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Self-hypnosis relapse prevention training with chronic drug/alcohol users.

02 Aug
In one randomized, placebo-controlled study with 261 substance abusing vets, a self-hypnosis protocol did not effect the rate of relapse, but it did help with self-esteem, serenity and levels of anger & impulsivity.
Ronald Pekala and fellow researchers from the Biofeedback Clinic of the Coatesville VA Medical Center in Coatesville, PA, studied the effectiveness of a self-hypnosis protocol with chronic drug and alcohol patients in increasing self-esteem, improving affect, and preventing relapse against a control, a cognitive-behavioral (TCB), and a stress management (attention-placebo) group.

Participants were 261 veterans admitted to Substance Abuse Residential Rehabilitation Treatment Programs (SARRTPs). Participants were assessed pre- and post-intervention, and at 7-week follow-up.

Relapse rates did not significantly differ across the 4 groups at follow-up; 87% of those contacted reported abstinence.

At follow-up, the participants in the 3 treatment conditions were asked how often they practiced with the intervention materials provided them. Practicing and minimal-practicing participants were compared against the control group for each of the 3 interventions via MANOVAs/ANOVAs. Results revealed a significant Time by Groups interaction for the hypnosis intervention, with individuals who played the self-hypnosis audiotapes "at least 3 to 5 times a week" at 7-week follow-up reporting the highest levels of self-esteem and serenity, and the least anger/impulsivity, in comparison to the minimal-practice and control groups.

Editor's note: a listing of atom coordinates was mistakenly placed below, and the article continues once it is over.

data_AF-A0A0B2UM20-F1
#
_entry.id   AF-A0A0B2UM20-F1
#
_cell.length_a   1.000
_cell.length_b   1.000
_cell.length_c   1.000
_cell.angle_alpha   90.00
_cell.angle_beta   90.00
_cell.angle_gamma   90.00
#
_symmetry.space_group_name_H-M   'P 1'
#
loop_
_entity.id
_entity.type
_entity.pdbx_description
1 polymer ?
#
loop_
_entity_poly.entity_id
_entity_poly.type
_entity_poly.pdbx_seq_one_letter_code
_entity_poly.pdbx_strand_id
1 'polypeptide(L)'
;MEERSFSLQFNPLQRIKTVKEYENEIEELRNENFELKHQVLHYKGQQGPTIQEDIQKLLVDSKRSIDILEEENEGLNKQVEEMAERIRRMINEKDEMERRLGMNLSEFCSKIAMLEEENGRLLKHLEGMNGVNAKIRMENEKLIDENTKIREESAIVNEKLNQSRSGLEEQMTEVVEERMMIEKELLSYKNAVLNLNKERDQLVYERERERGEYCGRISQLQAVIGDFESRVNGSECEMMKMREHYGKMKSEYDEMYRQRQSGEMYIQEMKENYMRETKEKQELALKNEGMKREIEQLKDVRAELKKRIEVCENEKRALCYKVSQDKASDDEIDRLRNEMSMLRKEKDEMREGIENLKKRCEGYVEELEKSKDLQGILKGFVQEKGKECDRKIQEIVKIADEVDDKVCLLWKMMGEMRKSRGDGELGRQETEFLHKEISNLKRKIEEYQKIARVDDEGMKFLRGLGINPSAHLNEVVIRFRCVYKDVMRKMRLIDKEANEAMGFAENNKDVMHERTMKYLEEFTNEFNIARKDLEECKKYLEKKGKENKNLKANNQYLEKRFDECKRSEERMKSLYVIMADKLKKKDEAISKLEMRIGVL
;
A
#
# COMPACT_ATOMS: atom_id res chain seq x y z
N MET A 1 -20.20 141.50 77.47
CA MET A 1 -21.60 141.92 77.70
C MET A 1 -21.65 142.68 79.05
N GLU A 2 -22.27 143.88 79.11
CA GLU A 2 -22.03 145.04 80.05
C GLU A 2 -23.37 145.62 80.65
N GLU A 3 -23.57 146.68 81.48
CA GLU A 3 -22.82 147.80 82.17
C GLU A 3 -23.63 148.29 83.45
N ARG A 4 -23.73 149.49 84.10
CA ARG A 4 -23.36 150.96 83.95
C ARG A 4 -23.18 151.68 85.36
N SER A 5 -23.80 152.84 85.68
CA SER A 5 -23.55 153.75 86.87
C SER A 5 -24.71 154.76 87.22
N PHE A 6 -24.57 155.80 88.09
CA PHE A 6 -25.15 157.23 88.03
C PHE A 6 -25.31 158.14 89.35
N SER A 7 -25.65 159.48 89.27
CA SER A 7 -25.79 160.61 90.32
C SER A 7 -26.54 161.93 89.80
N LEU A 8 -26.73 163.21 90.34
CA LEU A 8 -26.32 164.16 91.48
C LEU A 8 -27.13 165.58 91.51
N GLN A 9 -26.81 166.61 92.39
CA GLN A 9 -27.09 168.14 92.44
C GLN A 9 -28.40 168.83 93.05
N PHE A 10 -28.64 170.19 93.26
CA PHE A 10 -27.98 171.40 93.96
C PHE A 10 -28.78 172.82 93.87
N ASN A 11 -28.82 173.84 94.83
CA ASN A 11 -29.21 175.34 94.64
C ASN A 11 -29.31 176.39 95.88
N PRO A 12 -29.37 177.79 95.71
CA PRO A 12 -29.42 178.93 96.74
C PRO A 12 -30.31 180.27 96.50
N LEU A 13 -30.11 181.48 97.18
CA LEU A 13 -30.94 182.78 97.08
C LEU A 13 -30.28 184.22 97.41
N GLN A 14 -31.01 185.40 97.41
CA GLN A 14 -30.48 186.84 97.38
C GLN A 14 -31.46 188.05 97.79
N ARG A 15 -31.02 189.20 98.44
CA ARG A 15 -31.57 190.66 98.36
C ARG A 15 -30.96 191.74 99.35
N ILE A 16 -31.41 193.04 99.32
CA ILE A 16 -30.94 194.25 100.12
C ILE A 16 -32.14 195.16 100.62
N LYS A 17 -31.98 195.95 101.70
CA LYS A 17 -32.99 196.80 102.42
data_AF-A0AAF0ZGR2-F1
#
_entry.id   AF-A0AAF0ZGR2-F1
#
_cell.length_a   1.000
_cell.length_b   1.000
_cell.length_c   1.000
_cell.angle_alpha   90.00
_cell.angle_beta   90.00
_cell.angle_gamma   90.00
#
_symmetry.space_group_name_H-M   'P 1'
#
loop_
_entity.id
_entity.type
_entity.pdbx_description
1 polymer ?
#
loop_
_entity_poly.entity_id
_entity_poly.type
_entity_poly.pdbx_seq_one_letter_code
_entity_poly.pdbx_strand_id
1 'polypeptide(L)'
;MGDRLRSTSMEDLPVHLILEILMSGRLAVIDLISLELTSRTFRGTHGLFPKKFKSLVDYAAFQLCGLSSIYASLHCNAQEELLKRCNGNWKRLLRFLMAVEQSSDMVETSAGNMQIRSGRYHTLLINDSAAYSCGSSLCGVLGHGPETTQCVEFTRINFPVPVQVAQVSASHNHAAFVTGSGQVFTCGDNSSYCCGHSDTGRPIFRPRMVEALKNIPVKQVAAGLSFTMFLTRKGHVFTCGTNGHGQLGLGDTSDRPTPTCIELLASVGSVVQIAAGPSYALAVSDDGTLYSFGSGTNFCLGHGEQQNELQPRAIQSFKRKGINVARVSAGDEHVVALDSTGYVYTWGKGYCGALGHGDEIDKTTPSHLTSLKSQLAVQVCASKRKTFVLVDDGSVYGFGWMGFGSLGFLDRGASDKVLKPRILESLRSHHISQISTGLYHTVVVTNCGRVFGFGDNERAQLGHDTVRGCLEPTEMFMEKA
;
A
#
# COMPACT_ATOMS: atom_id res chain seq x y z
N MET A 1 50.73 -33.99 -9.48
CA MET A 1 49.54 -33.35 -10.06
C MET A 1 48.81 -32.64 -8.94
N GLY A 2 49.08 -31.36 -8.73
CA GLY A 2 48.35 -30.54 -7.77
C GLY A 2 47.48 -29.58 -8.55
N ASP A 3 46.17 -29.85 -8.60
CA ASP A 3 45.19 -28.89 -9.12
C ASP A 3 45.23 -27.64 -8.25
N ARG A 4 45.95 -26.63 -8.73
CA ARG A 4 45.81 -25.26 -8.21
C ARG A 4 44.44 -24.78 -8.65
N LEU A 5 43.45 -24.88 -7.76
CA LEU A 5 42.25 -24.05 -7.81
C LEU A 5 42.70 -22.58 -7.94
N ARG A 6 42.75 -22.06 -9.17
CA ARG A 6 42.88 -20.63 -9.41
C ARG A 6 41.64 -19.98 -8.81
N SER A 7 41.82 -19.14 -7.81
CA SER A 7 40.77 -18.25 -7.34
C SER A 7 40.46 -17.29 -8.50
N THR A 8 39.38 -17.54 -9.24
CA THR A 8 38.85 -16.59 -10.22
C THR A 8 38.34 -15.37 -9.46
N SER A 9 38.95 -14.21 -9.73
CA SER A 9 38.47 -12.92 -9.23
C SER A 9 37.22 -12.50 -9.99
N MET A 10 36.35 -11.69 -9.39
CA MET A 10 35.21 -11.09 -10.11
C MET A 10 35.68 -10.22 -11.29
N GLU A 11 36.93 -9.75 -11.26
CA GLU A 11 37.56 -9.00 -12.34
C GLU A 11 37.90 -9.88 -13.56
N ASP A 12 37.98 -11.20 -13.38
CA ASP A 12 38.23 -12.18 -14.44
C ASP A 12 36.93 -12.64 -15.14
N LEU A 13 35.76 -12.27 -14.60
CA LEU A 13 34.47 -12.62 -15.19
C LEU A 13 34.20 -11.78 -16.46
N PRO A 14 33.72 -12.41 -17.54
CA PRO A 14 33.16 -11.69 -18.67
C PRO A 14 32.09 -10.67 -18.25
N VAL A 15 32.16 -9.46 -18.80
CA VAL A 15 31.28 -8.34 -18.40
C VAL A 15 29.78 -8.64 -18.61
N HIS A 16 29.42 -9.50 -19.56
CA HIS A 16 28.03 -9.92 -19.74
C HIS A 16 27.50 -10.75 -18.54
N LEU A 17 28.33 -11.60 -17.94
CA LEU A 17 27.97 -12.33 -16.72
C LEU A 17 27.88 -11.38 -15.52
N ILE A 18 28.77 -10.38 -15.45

No significant effects were found for the CBT or stress management interventions. Regression analyses predicted almost two-thirds of the variance of who relapsed and who did not in the hypnosis intervention group.

Hypnotic susceptibility predicted who practiced the self-hypnosis audiotapes. The results suggest that hypnosis can be a useful adjunct in helping chronic substance abuse individuals with their reported self-esteem, serenity, and anger/impulsivity.

Citation: Pekala RJ, Maurer R, Kumar VK, Elliott NC, Masten E, Moon E, Salinger M. Self-hypnosis relapse prevention training with chronic drug/alcohol users: effects on self-esteem, affect, and relapse. American Journal of Clinical Hypnosis. 2004 April; 46 (4): pp. 281-97. This email address is being protected from spambots. You need JavaScript enabled to view it.
Belleruth Naparstek

Psychotherapist, author and guided imagery pioneer Belleruth Naparstek is the creator of the popular Health Journeys guided imagery audio series. Her latest book on imagery and posttraumatic stress, Invisible Heroes: Survivors of Trauma and How They Heal (Bantam Dell), won the Spirituality & Health Top 50 Books Award